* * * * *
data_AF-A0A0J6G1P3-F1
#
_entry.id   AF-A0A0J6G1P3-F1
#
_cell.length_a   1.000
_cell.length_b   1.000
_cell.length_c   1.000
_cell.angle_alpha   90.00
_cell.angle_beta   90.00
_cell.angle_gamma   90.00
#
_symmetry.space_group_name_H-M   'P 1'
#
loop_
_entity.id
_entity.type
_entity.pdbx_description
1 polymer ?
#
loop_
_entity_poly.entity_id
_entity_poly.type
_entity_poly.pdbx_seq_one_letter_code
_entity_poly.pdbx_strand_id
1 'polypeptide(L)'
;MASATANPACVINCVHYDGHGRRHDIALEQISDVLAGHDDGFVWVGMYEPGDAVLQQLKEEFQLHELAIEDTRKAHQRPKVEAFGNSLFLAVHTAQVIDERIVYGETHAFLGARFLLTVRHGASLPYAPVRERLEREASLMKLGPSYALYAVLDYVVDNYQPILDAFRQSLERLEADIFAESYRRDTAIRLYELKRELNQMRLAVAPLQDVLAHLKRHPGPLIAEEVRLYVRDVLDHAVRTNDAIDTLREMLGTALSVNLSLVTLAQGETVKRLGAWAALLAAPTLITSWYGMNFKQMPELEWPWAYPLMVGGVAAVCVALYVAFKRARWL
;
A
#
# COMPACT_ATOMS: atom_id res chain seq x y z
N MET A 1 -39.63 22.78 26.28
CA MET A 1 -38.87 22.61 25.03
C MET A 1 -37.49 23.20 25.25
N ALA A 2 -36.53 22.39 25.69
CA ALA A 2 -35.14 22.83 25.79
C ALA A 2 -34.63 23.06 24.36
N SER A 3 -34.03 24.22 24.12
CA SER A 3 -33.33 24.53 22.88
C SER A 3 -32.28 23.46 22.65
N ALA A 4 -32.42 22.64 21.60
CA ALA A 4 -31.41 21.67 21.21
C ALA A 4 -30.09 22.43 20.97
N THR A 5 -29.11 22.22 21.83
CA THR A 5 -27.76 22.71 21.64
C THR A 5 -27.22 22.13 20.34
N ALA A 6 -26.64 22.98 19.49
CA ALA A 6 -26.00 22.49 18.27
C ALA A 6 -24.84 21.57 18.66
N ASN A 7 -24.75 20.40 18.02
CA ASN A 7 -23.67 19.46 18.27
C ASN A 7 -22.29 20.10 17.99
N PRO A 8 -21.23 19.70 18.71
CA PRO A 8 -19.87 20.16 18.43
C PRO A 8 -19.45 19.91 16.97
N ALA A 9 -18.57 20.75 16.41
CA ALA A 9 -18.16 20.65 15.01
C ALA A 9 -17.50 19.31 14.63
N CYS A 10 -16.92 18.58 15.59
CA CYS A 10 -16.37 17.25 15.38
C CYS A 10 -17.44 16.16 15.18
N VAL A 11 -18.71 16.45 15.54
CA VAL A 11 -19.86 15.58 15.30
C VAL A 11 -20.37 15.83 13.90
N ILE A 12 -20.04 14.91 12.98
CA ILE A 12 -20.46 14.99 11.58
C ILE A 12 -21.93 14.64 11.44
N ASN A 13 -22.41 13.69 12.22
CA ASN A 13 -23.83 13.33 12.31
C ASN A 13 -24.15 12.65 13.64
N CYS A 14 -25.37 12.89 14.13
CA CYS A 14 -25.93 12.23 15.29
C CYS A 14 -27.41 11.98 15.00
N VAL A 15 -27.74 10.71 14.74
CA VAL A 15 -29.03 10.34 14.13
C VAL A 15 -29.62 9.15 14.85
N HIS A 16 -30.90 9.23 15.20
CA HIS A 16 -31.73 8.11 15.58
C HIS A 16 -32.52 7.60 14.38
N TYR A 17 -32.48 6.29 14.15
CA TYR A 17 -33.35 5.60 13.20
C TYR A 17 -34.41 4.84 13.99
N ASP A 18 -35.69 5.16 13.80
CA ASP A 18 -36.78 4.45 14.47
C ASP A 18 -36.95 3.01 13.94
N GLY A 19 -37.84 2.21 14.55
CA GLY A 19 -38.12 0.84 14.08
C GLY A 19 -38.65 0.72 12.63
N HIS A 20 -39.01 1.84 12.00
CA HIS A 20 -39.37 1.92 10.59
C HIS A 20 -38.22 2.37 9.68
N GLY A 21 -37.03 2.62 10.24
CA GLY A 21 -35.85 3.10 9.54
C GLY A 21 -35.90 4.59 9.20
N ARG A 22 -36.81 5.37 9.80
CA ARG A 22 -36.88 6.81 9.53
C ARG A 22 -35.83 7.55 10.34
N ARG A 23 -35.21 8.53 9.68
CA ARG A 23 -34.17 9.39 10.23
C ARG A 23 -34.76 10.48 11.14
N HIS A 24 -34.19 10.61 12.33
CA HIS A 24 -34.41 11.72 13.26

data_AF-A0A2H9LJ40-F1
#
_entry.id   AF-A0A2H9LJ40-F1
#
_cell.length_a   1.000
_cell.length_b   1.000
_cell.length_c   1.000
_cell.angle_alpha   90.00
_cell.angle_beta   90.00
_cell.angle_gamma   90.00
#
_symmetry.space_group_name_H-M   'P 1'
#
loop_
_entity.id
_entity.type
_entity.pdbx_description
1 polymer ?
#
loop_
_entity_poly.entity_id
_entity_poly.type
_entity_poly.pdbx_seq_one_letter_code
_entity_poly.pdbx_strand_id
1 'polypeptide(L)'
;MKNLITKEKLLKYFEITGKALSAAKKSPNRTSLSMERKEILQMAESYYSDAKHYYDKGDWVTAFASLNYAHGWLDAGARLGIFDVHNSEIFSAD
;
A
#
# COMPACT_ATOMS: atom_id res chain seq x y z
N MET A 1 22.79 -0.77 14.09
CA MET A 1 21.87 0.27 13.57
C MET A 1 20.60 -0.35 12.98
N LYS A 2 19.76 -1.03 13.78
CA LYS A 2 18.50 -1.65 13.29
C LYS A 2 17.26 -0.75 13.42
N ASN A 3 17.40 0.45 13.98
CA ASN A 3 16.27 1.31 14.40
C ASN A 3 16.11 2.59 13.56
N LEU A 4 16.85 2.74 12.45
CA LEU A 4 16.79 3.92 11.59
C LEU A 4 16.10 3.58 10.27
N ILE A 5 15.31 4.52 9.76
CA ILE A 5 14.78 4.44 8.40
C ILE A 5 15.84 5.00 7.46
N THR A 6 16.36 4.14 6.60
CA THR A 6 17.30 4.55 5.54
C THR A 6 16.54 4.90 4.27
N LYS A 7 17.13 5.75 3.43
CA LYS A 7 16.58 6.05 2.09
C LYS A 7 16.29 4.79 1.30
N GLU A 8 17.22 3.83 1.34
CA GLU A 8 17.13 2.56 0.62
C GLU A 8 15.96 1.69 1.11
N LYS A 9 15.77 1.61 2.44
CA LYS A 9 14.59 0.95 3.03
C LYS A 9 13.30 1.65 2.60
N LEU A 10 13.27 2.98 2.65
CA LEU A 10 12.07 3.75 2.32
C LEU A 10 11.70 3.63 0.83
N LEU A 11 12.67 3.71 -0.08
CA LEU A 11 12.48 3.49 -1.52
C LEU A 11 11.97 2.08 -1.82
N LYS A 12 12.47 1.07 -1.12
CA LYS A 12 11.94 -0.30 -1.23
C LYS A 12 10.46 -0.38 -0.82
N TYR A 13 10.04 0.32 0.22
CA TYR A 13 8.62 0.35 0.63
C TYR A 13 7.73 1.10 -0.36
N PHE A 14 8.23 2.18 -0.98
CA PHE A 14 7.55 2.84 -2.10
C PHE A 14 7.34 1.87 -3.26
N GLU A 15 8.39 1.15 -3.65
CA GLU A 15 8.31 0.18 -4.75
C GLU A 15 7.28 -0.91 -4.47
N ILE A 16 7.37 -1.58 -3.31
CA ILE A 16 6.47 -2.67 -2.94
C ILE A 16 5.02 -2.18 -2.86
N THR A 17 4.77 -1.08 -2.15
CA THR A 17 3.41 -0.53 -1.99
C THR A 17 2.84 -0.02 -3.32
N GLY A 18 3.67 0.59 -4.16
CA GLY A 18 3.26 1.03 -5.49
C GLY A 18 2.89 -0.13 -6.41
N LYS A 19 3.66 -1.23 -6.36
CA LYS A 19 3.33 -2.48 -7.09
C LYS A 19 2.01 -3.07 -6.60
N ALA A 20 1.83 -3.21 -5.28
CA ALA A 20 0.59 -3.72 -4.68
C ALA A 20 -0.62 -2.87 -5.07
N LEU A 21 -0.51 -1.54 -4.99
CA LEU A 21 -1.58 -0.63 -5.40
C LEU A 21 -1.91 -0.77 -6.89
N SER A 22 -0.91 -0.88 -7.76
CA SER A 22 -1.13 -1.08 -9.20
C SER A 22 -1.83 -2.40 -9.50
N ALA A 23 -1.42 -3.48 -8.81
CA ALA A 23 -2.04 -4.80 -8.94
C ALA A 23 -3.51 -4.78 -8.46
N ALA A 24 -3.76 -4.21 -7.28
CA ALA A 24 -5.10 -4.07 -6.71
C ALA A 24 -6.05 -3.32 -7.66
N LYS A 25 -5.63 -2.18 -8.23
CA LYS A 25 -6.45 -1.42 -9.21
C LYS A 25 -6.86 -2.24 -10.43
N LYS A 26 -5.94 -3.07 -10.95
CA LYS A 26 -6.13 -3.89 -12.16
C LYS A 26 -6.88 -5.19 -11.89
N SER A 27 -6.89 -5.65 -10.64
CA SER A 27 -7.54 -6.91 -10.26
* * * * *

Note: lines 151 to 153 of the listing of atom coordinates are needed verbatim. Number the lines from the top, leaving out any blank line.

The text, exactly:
CA LYS A 7 16.58 6.05 2.09
C LYS A 7 16.29 4.79 1.30
N GLU A 8 17.22 3.83 1.34